More than one in three people in Greece are living in poverty or social exclusion and on average one in four in the EU, according to 2015 data, which were released on Monday by Eurostat.
Specifically, in Greece in 2015, 35.7% of the population (3.8 mil. People) was faced with the risk of poverty or social exclusion compared with 28.1% in 2008. In the EU, the numbers for 2008 appeared again in 2015, ie 23.7% (118.8 mil. people).
According to Eurostat, a person is in poverty or social exclusion when it is faced with one or more of the following situations: Is considered poor (ie has an income of less than 60% of the national median income), is living in poverty (ie lacking basic consumer goods or fails to meetminimum financial obligations), or lives with a family facing the risk of unemployment (ie in a family where none of its members have a”normal job”).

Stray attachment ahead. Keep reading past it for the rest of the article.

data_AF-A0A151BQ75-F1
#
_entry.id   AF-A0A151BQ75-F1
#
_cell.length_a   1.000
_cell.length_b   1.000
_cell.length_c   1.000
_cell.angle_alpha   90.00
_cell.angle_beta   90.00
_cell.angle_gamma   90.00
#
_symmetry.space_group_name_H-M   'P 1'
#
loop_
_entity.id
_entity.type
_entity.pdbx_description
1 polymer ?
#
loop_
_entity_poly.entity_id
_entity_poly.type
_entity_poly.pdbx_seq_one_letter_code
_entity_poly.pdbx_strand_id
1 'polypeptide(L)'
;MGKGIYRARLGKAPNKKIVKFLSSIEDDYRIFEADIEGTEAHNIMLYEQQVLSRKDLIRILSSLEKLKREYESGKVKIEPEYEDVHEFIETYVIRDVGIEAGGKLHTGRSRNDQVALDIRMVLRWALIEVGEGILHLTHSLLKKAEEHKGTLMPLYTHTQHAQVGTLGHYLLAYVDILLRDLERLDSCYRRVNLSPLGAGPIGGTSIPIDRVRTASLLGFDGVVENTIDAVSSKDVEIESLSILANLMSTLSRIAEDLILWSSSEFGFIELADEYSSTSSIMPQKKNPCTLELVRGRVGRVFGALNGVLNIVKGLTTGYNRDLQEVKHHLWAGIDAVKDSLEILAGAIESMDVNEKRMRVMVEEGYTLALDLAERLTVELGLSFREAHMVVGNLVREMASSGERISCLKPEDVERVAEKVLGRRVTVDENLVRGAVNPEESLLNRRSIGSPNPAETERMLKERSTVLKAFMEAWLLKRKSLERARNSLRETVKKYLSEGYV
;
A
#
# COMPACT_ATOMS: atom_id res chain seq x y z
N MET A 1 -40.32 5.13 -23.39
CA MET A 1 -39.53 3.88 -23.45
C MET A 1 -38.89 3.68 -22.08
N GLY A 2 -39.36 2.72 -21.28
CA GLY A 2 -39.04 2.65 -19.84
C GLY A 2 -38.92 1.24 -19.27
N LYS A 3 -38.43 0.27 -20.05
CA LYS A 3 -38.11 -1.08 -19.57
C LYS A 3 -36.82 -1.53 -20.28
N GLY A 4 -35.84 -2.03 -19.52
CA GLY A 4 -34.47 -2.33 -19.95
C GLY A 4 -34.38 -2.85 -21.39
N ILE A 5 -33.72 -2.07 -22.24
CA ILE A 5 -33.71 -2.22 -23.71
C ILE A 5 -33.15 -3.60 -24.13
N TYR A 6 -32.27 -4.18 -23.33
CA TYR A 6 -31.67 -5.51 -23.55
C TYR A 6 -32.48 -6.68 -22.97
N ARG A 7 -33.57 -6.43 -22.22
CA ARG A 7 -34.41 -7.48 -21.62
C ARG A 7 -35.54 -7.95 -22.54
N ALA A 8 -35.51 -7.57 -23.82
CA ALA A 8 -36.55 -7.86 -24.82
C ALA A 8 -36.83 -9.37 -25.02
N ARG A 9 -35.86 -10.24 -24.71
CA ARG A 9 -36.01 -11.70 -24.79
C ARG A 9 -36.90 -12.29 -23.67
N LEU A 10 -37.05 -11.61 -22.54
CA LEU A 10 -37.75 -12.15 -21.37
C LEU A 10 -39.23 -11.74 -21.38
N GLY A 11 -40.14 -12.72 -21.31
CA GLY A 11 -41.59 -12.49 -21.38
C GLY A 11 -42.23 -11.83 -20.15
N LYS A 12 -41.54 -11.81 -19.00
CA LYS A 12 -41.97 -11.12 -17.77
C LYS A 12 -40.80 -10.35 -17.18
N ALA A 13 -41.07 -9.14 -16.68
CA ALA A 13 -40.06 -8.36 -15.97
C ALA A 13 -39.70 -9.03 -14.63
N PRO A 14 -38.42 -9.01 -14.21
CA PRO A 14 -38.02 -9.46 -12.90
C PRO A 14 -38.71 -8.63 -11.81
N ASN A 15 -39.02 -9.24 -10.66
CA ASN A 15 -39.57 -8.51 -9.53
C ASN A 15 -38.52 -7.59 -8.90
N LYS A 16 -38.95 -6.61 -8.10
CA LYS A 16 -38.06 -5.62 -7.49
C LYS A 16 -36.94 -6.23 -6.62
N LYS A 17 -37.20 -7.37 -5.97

Regarding Greece, 21.4% of the population is poor, 22.2% is living in poverty, while 16.8% of the population are living in families facing the risk of unemployment.
The corresponding average rates in the EU are 17.3%, 8.1% and 10.5%.
Bulgaria (41.3%) and Romania (37.3%) are generally in a worse position than Greece, regarding the percentage of the population considered to be in poverty or social exclusion.
On the other hand (with rates below 20%) are the Czech Republic (14%), Sweden (16%), the Netherlands and Finland (16.8%), Denmark and France (17.7%)./IBNA